66. Absolutely loved this! I think it also loved how Rowling made many of the ‘villains’ ‘relatable’ in a way too .

  67. This was so intriguing! The breakdown of each antagonists truly shows the tribulations Harry and those who supported him went through. As you said, each shaped him into being who he became and overall overcoming them all. I really enjoyed reading this piece!

  68. This was an interesting read – I hadn’t thought of the series in this way before. Would like to say that it’s Dolores, not Delores, and Inquisitorial Squad, not Inquisitor Squad. Overall, I think this was an incredible article that was really well written and it’s going to make me look at antagonists in a whole new light.

  69. I really like how you broke down the antagonists by books in the series. Furthermore, I 100% agree with your analysis of Umbridge- she in some ways is even worse than Voldemort and there is definitely a reason that she is quite often more hated than Voldemort in the fandom.

  70. Cool! Very interesting analysis

  71. I had to read this article because it was Harry Potter. Then, what really caught me was that you really broke it down into an analysis. Not just the development of Antagonists through each book, but what each one represented and why. This is very well thought up and extremely well executed. Well done! I thoroughly enjoyed going through this and understanding the characters and the book a lot more. I’m sure my college English teacher would have loved to have this for my class when we analyzed it in class.

  72. tclaytor

    I loved this line : “That is, the people we love and hate are morally grey; Snape was not inherently evil and Dumbledore was not a saint. As Dumbledore told Harry long ago, “It is our choices who shape who we are.” Seeing the choices his two mentors – one obvious and one highly unlikely – have made, prepares Harry to make his own final choice.”. Part of becoming an adult is learning how to find truth. Harry spent most of his Hogwarts years idolizing Dumbledore and hating Snape. In the last book, he learns that he cannot just follow Dumbledore blindly. He too was just a man. To counter this, Snape also isn’t the evil person he assumed; he too is just a man. This leads Harry to weigh both views and then make his own decision. As adults, we are tempted to idolize certain viewpoints and vilify others, when, in reality, we do well to listen to both and then make a decision. We must come to our conclusions humbly though, as Harry does. We, unlike God, do not have all the information. We must do our best, but we must do it with humility, realizing there is often more that we cannot see.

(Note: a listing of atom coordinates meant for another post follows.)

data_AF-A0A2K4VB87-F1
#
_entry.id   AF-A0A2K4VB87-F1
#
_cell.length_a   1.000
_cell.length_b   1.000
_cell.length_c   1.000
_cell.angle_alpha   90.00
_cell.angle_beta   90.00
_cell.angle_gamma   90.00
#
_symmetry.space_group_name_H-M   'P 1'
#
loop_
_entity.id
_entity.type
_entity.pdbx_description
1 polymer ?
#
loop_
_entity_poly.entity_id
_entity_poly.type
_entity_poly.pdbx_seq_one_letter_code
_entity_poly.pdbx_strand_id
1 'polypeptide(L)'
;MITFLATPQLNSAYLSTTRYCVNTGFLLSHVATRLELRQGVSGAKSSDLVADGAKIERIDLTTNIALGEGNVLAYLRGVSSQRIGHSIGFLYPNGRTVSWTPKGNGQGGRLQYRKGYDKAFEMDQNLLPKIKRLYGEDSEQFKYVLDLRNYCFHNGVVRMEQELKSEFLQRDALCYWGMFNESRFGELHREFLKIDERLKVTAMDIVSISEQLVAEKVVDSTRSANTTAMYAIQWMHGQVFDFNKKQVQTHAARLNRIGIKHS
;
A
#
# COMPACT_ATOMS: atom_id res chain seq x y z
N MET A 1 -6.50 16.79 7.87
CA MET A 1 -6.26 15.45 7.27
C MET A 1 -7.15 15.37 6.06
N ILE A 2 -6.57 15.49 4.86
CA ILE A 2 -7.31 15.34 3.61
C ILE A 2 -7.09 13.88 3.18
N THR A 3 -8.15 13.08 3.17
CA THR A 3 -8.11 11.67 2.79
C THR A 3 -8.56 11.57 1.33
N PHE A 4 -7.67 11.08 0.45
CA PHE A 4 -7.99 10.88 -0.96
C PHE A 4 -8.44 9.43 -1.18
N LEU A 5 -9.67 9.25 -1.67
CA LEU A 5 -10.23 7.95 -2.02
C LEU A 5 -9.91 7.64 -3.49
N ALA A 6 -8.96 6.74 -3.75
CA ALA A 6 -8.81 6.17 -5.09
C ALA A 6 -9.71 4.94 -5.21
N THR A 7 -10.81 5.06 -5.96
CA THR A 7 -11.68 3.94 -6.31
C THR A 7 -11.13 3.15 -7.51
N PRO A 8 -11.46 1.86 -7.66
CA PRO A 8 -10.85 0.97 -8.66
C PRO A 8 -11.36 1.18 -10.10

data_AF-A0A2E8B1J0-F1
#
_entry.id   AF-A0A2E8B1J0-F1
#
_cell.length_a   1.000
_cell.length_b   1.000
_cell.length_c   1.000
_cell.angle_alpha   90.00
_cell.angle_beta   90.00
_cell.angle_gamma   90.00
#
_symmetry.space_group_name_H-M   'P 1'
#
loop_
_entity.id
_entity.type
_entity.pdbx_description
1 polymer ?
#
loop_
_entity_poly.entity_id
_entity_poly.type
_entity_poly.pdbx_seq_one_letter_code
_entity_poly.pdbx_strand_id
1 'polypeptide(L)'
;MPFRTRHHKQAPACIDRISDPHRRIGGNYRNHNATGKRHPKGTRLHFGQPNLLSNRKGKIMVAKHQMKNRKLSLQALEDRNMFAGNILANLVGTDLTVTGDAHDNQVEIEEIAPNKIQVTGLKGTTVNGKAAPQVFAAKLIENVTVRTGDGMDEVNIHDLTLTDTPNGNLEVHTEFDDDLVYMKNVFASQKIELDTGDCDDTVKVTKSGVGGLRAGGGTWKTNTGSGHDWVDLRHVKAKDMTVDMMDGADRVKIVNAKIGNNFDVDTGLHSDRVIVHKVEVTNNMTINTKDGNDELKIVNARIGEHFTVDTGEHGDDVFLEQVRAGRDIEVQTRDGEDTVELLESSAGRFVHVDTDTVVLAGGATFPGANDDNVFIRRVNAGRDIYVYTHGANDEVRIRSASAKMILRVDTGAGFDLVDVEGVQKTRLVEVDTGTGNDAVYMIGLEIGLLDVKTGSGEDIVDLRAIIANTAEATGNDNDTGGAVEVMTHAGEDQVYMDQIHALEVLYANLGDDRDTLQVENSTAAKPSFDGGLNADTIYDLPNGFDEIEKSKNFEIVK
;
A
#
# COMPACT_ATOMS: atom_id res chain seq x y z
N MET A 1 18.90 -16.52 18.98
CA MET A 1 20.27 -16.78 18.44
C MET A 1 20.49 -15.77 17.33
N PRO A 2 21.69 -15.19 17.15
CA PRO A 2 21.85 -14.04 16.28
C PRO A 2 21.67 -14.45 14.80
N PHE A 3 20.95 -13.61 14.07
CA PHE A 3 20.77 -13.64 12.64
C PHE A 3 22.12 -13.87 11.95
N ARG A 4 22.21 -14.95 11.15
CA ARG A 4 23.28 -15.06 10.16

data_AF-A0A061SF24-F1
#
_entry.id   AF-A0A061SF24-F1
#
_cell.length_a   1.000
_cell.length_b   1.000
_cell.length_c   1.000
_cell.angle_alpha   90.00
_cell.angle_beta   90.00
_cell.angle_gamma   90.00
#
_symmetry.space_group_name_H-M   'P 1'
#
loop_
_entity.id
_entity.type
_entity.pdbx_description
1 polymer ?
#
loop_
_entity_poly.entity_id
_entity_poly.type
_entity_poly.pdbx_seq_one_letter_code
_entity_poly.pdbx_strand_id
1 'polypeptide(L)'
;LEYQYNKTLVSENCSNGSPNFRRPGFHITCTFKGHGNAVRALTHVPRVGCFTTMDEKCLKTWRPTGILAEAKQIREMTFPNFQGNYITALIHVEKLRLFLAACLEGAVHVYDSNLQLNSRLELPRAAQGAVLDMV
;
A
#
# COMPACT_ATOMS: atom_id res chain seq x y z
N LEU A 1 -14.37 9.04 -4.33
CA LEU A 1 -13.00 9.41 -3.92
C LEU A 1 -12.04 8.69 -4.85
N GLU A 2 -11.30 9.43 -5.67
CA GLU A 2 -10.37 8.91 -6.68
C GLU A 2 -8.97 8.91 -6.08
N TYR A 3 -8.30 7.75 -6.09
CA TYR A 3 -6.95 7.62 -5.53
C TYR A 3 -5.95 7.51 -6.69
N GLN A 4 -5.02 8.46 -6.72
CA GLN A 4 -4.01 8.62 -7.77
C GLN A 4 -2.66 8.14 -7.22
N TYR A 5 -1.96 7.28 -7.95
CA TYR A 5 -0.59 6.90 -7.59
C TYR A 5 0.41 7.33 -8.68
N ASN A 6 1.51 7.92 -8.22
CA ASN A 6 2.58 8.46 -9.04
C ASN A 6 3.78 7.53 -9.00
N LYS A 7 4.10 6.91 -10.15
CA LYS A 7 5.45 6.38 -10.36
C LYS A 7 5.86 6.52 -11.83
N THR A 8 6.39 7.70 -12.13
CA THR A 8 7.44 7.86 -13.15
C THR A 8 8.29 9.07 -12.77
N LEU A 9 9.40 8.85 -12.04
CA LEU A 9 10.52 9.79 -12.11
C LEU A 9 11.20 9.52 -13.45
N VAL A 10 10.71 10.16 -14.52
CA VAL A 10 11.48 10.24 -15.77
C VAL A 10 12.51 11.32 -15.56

73. Our enemies teach us who we should be.

  74. Glad you mention Snape as a mentor because he really was a critical pedagogue in the Freirian sense: he facilitated Harry’s emancipation.

  75. Lots of really good points! I love the connection between Harry’s struggle with Tom Riddle and the identity struggle all teenagers/young adults face at some point. Although we do not have magic at our disposal, we are still faced with people in our lives that make us question who we are, at our core.

  76. I love how in depth this is and the analysis of what each antagonist represents. This definitely made me view each character in a different way!

  77. Umbridge remains one of the best antagonists in modern young adult fiction.

  78. Amazing article about Harry Potter. To this day, I can’t believe how much can be learned from this series.

  79. hwilkinson

    “Each person or group of people represents an enemy Harry Potter must face and defeat on his epic journey to take down Voldemort, the harbinger of death who stole everything from him as a baby. As Harry faces increasingly high stakes and complex adversaries, he grows and matures. More importantly, readers have the opportunity to grow, learn and mature with him.”

    I always got the impression that Harry didn’t have a whole lot of personality, least of all one that changed over time. And he rarely took the lead on his own adventures – things mostly just happened to him. I really enjoyed the article, but this might be a little bit of a stretch.

  80. Yvonne Tapia
    Yvonne T.

    I have always loved Harry Potter. While it was not hard to detest most villains, one of the most interesting and complex villains was Bellatrix Lestrange. It would have been awesome to include her in this article. She did cause Harry to, for a moment, consider revenge and kill her for murdering his godfather. Bellatrix is one of the interesting and complex villains, arguably, in book and film history.

  81. Wow, I couldn’t agree more! You did a fantastic job adding another layer to one of the most beloved series of our time. There is always more to a character–or indeed a person–than meets the eye, and it’s important to look for it.

  82. Pamela Maria

    Fantastic analysis. I think what also makes the complexities of antagonism so successful in HP is that many of them do sway in a grey area, and even Harry as a hero is not without his faults. To take a more philosophical approach, everyday life has small antagonisms in it just as we can be an antagonist for someone’s personal narrative. Makes the HP universe even more relatable to everyday life despite the amazing magic of their world.